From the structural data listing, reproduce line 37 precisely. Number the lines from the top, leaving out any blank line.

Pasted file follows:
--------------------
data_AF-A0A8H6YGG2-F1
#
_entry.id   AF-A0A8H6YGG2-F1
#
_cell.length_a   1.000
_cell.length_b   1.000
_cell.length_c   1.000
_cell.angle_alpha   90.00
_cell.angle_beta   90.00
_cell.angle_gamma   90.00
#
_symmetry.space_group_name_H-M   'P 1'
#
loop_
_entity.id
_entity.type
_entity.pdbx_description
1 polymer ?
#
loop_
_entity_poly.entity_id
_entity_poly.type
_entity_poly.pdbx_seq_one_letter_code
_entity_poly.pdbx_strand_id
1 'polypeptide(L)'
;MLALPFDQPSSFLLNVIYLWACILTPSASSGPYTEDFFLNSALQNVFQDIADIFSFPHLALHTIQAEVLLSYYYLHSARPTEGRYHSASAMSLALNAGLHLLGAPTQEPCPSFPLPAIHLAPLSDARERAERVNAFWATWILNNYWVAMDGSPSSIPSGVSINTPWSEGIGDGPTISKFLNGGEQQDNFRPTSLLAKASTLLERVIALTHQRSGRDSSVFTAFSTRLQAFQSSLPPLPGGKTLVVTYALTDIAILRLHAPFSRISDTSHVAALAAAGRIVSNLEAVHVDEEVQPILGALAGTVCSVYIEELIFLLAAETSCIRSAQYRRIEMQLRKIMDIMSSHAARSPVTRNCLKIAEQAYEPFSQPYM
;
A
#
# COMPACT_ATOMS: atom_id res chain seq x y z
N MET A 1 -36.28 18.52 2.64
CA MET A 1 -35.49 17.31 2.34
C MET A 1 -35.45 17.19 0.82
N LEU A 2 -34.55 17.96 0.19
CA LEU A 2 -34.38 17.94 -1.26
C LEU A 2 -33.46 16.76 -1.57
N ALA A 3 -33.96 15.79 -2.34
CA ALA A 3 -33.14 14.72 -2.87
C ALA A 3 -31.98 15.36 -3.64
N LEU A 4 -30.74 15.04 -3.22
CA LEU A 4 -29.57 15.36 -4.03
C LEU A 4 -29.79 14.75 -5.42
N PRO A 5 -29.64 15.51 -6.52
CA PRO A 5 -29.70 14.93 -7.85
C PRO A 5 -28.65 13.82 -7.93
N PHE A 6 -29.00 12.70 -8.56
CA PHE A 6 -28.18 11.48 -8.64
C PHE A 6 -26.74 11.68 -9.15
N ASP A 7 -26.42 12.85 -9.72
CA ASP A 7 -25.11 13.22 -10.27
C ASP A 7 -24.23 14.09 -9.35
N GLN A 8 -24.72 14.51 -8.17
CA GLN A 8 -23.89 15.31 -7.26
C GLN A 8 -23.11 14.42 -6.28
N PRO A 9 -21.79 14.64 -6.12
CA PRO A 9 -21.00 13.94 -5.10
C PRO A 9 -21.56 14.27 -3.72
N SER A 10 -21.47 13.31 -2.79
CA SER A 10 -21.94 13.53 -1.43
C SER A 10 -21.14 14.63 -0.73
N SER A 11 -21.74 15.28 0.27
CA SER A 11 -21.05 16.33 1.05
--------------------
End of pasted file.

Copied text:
N ALA A 3 -33.96 15.79 -2.34